NASCAR: Chip Ganassi Fined, Suspended After Violating COVID-19 Protocols

NASCAR has penalized one of its team owners. Chip Ganassi, owner of Chip Ganassi Racing, violated COVID-19 rules during the race weekend at Daytona International Speedway, which fans could watch on fuboTV with a free trial. He will have to pay a fine and miss Sunday's Dixie Vodka 400 while serving a one-race suspension.

According to a release from racing's governing body, Ganassi's penalty was "for bringing into the competition area a non-essential individual that was restricted from the footprint." This move violated Section 12.8.1.b of the NASCAR Rule Book. Ganassi will have to pay a $30,000 fine. He is also barred from attending Sunday's race at Homestead-Miami Speedway, pending an appeal.

One important note is that the suspension only affects Ganassi. His two cars can still compete in the Dixie Vodka 400. The team currently employs Kurt Busch, who drives the No. 1 Chevrolet Camaro, and Ross Chastain, the new driver of the No. 42 Chevrolet Camaro. Both men competed in the O'Reilly Auto Parts 253 on Sunday. Busch finished fourth while Chastain did not finish.

Following two races, Busch is currently eighth in the standings with 65 points. He is currently on pace to finish above the cutoff line and reach the postseason once again. Though he will have to either win a race or keep performing at a high level. Chastain sits below the cutoff line in the 20th position with only 33 points.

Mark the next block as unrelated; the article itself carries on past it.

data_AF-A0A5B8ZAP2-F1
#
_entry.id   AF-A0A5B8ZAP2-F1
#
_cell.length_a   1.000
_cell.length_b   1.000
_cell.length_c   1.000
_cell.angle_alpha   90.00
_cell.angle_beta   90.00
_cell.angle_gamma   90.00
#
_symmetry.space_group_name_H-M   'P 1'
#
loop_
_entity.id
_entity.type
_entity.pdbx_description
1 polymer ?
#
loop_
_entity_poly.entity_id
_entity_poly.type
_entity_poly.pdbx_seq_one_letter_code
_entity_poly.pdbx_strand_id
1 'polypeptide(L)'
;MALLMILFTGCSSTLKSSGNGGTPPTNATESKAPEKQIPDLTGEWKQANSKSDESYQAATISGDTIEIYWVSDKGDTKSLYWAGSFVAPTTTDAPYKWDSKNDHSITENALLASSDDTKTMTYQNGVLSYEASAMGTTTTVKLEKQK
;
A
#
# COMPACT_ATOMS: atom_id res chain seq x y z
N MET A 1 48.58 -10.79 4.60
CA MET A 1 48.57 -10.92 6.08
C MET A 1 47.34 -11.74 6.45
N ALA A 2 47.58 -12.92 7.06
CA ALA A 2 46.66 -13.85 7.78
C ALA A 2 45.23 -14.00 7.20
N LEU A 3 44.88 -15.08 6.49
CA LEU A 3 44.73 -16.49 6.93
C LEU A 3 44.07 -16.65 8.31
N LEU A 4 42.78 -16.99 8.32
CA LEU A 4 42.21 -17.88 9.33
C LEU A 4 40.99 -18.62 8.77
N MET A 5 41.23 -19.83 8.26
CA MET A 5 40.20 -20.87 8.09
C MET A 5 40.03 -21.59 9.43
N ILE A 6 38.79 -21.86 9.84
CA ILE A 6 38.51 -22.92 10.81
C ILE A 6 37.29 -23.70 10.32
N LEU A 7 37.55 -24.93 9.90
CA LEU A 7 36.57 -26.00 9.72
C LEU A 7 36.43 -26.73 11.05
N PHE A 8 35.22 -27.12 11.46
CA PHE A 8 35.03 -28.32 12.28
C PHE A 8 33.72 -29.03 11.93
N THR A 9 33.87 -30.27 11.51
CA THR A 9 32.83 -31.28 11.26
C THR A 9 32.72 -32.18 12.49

NASCAR also announced that two crew chiefs had received fines following the conclusion of Sunday's race. Adam Stevens, crew chief of the race-winning No. 20 Toyota Camry driven by Christopher Bell, received a fine of $10,000 for an unsecured lug nut. Brad Keselowski's crew chief, Jeremy Bullins, received the same fine for an unsecured lug nut on the No. 5 Ford Mustang.

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When NASCAR returned from a 10-week hiatus in May 2020, it did so with several strict protocols in place to prevent the spread of coronavirus. The list included mandated masks and screenings prior to entering the track, as well as smaller crews present for races. One change for the 2021 season paved the way for team owners to attend races on the schedule, either in the infield or in a luxury suite.

"We continue to try to put as many tools as possible in the protocol toolbox," said John Bobo, NASCAR's vice president of racing operations, prior to the Daytona 500. "Toward the end of last year, we started doing a lot of rapid antigen testing as part of secondary screenings for people coming into the track and that will continue. We continue to emphasize with the drivers that we need rapid reporting of COVID-19 results so we can contract trace as well. We will continue to do the things we know will work."